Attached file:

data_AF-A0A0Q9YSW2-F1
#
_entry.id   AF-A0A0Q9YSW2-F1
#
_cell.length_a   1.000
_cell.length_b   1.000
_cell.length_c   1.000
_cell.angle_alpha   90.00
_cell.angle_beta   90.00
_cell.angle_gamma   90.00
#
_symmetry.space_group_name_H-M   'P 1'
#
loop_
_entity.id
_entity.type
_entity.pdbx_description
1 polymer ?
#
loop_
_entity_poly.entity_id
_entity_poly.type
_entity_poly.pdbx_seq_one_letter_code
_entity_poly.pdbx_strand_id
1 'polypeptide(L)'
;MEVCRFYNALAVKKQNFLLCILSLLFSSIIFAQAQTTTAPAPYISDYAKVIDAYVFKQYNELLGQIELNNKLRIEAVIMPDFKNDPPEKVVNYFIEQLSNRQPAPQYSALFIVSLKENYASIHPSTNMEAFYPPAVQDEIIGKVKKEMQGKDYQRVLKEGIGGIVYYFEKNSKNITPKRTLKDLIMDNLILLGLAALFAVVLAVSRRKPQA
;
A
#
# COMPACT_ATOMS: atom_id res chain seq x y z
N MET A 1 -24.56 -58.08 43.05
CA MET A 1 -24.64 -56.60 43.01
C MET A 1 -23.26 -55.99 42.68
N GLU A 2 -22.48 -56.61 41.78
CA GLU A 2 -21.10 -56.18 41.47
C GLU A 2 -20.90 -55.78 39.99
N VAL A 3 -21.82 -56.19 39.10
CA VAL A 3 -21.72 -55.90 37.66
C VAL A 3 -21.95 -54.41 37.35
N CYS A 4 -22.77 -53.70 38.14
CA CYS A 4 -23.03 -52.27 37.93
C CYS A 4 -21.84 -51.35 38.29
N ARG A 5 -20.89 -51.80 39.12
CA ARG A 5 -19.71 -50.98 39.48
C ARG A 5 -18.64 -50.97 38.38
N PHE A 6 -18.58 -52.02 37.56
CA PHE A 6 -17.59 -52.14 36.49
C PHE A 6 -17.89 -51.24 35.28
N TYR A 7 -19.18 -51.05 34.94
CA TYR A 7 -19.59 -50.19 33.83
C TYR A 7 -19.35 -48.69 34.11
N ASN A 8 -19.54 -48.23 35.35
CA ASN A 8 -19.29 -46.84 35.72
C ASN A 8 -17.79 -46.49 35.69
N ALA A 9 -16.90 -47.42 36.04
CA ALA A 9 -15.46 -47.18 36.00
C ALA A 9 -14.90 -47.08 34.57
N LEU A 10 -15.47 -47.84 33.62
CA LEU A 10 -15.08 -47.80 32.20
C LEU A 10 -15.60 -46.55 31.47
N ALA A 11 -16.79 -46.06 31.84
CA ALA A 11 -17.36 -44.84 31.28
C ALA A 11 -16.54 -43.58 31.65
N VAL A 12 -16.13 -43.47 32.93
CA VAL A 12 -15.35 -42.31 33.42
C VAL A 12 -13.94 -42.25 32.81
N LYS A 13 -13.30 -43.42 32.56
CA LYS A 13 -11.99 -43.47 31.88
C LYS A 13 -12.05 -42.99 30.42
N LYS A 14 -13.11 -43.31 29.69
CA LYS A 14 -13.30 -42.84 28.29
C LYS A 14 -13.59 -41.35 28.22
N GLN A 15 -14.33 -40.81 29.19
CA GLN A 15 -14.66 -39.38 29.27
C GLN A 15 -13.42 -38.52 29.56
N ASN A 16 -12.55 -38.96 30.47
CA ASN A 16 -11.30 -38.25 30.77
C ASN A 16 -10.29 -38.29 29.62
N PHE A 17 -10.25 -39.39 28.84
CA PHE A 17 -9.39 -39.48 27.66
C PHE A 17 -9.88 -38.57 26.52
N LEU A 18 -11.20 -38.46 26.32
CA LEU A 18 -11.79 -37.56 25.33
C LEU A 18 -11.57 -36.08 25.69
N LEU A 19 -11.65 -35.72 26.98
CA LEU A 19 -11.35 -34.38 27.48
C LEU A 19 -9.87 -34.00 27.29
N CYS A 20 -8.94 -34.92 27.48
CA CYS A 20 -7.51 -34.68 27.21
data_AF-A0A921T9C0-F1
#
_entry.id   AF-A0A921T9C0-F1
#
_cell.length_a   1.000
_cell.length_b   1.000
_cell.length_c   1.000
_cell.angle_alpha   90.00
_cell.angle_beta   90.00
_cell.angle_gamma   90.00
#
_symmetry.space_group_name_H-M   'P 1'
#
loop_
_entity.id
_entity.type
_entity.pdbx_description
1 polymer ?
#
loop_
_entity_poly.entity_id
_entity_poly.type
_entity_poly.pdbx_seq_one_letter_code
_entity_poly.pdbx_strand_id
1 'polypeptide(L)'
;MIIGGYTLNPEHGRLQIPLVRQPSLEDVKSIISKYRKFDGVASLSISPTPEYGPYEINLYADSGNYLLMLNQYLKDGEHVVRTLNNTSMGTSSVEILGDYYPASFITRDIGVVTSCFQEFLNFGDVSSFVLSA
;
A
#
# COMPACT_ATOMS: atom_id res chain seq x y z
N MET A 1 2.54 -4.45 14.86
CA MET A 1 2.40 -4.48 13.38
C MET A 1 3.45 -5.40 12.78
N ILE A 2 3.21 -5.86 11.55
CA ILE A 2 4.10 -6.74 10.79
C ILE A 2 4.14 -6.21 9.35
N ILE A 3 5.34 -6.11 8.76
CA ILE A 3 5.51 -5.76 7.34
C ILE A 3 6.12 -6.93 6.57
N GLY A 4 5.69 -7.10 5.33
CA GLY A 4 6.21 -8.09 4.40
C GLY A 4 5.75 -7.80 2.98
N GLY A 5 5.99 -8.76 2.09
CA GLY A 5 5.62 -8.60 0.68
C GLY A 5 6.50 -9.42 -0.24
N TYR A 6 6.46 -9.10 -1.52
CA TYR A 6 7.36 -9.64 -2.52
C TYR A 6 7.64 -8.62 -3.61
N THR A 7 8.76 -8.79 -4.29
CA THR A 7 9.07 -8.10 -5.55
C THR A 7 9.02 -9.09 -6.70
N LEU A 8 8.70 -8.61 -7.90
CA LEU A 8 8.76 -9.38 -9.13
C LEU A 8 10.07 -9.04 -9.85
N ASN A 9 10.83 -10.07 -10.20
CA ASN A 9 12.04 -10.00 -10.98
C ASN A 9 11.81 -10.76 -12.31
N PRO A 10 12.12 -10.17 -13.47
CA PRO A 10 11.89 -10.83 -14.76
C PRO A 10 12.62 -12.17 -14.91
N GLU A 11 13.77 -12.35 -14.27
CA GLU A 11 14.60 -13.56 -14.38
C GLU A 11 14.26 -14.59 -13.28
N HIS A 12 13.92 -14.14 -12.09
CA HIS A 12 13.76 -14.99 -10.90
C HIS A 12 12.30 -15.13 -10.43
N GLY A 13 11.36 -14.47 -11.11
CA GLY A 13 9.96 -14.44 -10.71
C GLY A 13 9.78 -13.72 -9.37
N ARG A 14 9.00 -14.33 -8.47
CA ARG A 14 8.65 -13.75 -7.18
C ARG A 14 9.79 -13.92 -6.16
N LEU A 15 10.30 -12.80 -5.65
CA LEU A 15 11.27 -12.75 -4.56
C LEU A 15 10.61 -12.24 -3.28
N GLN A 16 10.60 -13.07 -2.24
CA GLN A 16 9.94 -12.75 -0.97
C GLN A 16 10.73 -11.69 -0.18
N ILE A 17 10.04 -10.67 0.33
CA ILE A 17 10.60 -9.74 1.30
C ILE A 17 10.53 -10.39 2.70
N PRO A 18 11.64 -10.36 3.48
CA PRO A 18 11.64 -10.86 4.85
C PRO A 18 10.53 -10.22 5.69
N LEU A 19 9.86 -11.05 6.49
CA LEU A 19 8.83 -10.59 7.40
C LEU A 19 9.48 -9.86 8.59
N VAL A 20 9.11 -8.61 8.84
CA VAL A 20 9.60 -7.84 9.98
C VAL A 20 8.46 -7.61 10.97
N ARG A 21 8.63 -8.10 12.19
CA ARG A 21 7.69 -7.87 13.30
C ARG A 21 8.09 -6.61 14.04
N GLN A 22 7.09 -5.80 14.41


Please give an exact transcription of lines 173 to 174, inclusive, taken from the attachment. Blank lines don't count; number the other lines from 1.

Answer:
C PRO A 18 10.53 -10.22 5.69
N LEU A 19 9.86 -11.05 6.49